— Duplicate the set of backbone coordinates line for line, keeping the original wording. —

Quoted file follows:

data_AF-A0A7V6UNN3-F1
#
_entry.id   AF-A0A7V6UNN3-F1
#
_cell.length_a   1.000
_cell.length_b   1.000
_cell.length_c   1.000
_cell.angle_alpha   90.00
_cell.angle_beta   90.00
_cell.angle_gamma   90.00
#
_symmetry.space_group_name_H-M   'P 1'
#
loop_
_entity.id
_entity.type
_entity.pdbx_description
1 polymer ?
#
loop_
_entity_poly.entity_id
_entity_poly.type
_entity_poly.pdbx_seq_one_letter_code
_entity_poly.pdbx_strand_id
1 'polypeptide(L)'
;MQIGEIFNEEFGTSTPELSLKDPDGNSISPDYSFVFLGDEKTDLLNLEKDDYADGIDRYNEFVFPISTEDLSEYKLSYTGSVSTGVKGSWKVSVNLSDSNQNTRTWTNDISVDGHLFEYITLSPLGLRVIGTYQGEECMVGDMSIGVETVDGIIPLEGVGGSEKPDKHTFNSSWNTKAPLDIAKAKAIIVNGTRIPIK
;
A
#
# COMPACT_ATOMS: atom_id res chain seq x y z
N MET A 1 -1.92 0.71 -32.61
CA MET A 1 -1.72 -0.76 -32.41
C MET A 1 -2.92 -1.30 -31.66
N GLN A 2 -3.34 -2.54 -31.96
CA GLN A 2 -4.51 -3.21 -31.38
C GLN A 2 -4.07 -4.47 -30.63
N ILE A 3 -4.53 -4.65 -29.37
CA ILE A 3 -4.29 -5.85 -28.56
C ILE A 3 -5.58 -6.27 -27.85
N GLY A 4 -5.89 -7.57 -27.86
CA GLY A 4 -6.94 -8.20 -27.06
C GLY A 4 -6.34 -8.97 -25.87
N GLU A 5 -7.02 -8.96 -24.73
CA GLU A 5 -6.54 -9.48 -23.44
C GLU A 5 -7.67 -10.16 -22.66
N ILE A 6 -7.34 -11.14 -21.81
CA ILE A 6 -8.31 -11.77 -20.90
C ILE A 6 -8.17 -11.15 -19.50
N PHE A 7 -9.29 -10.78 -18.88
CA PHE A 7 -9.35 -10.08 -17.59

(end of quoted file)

data_AF-A0A7V6UNN3-F1
#
_entry.id   AF-A0A7V6UNN3-F1
#
_cell.length_a   1.000
_cell.length_b   1.000
_cell.length_c   1.000
_cell.angle_alpha   90.00
_cell.angle_beta   90.00
_cell.angle_gamma   90.00
#
_symmetry.space_group_name_H-M   'P 1'
#
loop_
_entity.id
_entity.type
_entity.pdbx_description
1 polymer ?
#
loop_
_entity_poly.entity_id
_entity_poly.type
_entity_poly.pdbx_seq_one_letter_code
_entity_poly.pdbx_strand_id
1 'polypeptide(L)'
;MQIGEIFNEEFGTSTPELSLKDPDGNSISPDYSFVFLGDEKTDLLNLEKDDYADGIDRYNEFVFPISTEDLSEYKLSYTGSVSTGVKGSWKVSVNLSDSNQNTRTWTNDISVDGHLFEYITLSPLGLRVIGTYQGEECMVGDMSIGVETVDGIIPLEGVGGSEKPDKHTFNSSWNTKAPLDIAKAKAIIVNGTRIPIK
;
A
#
# COMPACT_ATOMS: atom_id res chain seq x y z
N MET A 1 -1.92 0.71 -32.61
CA MET A 1 -1.72 -0.76 -32.41
C MET A 1 -2.92 -1.30 -31.66
N GLN A 2 -3.34 -2.54 -31.96
CA GLN A 2 -4.51 -3.21 -31.38
C GLN A 2 -4.07 -4.47 -30.63
N ILE A 3 -4.53 -4.65 -29.37
CA ILE A 3 -4.29 -5.85 -28.56
C ILE A 3 -5.58 -6.27 -27.85
N GLY A 4 -5.89 -7.57 -27.86
CA GLY A 4 -6.94 -8.20 -27.06
C GLY A 4 -6.34 -8.97 -25.87
N GLU A 5 -7.02 -8.96 -24.73
CA GLU A 5 -6.54 -9.48 -23.44
C GLU A 5 -7.67 -10.16 -22.66
N ILE A 6 -7.34 -11.14 -21.81
CA ILE A 6 -8.31 -11.77 -20.90
C ILE A 6 -8.17 -11.15 -19.50
N PHE A 7 -9.29 -10.78 -18.88
CA PHE A 7 -9.35 -10.08 -17.59